Sanchez roughed up as Tigers lose third straight

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Sanchez roughed up as Tigers lose third straight

With a 5-1 loss to Toronto on Saturday, Detroit has now lost back-to-back series and, pending the result of tonight's White Sox game, could be 2 12 games out of first place when they wake up Sunday.

After completing a sweep of the White Sox last Sunday, Detroit held a 1 12-game lead in the AL Central. They executed a major trade Monday, acquiring starter Anibal Sanchez and second baseman Omar Infante from Miami for a package of prospects that included blue-chip pitcher Jacob Turner.

Things can change quickly in a close playoff race. It's only July 28, and there are over two months left in the regular season -- plenty of time for more of these weekly shifts. But Detroit probably won't run away with the division, as many doom-and-gloomers seemed to expect only a few days ago.

Sanchez, making his first career start in the American League, allowed three home runs to Toronto's powerful offense. It wasn't the kind of debut he or the Tigers were looking for, especially after Friday's 8-3 defeat at the hands of the Blue Jays. Infante went 0-3 and only has two hits in 17 at-bats since re-joining Detroit.

One start and a handful of at-bats are hardly indicative of how things will go for Sanchez and Infante with their new team. Chances are, the deal will turn out to be good for Detroit, at least in 2012 (they may regret trading Turner down the road).

But after looking nearly infallible for most of the month of July, Detroit's momentum has come to a screeching halt in the last few days. This latest stretch doesn't mean the White Sox will cruise to a division title, just as Detroit's hot streak in July never meant they would do the same.

Detroit is a good team. But good enough to top the White Sox for the AL Central title? We'll see.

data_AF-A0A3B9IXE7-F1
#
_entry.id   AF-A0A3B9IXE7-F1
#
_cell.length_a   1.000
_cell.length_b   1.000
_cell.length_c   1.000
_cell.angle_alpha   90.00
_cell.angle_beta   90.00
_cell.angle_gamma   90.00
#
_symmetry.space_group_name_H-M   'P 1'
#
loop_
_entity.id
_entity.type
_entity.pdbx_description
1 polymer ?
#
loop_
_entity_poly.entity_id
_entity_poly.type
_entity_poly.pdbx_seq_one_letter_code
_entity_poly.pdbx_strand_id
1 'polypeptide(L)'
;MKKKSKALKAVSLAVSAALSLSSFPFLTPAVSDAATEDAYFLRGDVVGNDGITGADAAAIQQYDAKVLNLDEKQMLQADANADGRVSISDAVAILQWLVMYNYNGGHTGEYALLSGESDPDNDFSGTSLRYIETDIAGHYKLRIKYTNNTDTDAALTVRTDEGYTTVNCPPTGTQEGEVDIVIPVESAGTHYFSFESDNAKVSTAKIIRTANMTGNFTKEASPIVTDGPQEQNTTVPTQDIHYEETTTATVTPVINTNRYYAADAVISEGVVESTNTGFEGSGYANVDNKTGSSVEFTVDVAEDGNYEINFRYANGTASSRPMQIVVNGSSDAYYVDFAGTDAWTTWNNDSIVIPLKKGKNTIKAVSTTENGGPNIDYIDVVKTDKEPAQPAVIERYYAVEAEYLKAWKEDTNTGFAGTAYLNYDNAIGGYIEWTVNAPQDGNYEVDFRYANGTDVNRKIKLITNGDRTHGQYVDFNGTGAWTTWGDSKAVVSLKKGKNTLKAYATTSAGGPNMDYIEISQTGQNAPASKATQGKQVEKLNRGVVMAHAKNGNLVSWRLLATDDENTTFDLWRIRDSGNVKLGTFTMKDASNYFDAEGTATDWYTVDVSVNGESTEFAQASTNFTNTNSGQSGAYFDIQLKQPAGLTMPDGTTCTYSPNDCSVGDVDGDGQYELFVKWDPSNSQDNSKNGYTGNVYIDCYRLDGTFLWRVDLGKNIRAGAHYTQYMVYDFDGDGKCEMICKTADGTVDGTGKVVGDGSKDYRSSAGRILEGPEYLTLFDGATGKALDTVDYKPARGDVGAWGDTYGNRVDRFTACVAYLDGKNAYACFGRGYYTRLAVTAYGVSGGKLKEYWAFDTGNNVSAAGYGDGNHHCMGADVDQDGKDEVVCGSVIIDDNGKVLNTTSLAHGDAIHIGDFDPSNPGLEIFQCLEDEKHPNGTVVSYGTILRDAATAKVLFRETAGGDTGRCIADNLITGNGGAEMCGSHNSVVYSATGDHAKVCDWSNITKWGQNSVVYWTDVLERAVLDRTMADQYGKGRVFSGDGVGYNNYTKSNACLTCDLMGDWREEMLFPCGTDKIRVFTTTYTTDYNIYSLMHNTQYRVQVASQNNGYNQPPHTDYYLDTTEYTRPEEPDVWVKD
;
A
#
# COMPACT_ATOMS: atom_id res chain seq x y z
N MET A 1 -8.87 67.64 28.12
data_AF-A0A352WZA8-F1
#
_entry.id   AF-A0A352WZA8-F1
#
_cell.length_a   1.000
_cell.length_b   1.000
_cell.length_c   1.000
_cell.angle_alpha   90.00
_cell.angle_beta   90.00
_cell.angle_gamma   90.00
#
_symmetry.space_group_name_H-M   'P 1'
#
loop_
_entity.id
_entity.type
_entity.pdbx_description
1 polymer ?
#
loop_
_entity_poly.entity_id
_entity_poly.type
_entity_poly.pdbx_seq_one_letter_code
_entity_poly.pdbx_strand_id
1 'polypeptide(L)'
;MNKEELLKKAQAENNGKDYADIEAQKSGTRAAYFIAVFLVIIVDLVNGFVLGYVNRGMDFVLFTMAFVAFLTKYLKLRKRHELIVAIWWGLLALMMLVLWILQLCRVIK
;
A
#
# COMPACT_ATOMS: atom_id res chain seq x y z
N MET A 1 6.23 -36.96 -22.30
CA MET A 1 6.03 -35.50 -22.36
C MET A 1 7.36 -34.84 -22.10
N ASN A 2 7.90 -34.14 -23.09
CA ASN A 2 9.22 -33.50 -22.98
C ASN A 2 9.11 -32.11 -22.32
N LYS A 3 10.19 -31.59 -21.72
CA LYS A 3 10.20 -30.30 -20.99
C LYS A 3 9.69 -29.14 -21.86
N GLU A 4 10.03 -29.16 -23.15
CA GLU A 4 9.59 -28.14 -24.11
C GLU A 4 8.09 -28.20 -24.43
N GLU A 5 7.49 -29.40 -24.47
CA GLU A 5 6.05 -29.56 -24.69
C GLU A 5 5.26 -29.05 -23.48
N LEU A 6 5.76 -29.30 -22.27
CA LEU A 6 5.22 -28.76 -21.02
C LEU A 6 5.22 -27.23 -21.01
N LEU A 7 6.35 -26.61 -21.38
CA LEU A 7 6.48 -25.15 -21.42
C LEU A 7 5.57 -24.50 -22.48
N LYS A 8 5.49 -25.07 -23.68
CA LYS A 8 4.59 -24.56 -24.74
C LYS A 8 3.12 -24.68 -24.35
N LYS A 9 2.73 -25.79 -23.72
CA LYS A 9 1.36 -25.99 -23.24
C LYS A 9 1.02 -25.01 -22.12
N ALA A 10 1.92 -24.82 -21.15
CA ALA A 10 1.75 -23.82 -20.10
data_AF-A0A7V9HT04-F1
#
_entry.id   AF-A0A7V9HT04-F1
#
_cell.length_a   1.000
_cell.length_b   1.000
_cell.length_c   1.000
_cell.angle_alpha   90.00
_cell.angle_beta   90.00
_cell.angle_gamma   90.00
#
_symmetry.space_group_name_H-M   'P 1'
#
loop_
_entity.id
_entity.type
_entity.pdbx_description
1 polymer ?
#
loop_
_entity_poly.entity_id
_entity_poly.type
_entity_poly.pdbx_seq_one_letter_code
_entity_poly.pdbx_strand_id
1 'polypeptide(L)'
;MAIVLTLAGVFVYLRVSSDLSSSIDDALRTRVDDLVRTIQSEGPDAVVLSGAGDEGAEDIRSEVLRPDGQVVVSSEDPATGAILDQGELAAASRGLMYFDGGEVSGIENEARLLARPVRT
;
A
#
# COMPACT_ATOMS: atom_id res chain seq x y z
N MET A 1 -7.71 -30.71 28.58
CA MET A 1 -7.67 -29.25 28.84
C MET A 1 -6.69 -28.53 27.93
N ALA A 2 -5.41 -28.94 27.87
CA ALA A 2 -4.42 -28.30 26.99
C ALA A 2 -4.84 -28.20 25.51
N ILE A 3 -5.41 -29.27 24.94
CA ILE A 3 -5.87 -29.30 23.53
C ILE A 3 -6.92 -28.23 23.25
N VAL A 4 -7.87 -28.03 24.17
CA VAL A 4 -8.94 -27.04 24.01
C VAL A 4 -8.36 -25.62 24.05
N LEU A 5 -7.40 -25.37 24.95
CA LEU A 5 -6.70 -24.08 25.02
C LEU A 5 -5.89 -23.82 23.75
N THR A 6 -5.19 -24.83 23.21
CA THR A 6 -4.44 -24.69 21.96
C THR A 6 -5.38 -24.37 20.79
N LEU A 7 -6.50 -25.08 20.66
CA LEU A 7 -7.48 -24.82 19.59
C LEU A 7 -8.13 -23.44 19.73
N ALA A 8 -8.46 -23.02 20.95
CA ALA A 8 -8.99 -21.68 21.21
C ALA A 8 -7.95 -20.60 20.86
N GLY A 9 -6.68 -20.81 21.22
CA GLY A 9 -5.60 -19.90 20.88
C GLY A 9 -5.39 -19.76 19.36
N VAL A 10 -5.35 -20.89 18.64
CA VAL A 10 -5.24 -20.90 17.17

Avisail Garcia tweaks hamstring late in White Sox loss

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Avisail Garcia tweaks hamstring late in White Sox loss

BALTIMORE — Avisail Garcia could be the latest member of the White Sox afflicted by an injury.

The White Sox designated hitter tweaked his right hamstring late in Friday’s 6-3 loss to the Baltimore Orioles and will be re-evaluated Saturday. Earlier in the day, the White Sox placed reliever Daniel Webb on the 15-day disabled list with a right elbow flexor inflammation. That comes after catcher Alex Avila and Kevan Smith also went on the DL earlier in the week.

“He looked like he twinged something in his hammy,” manager Robin Ventura said. “But everybody seems to be having something, so we’ll re evaluate and see him tomorrow.”

Garcia tweaked his right leg on the final play of the game as he tried to avoid the tag of Orioles first baseman Chris Davis. An injury couldn’t come at a worse time for Garcia, who tripled in a run in the second inning to keep a hot streak alive. Garcia is 8-for-18 on the road trip with four RBIs and has raised his average from .135 to .214.

Uncharacteristic mistakes on defense hurt White Sox in 6-3 loss vs. O's

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Uncharacteristic mistakes on defense hurt White Sox in 6-3 loss vs. O's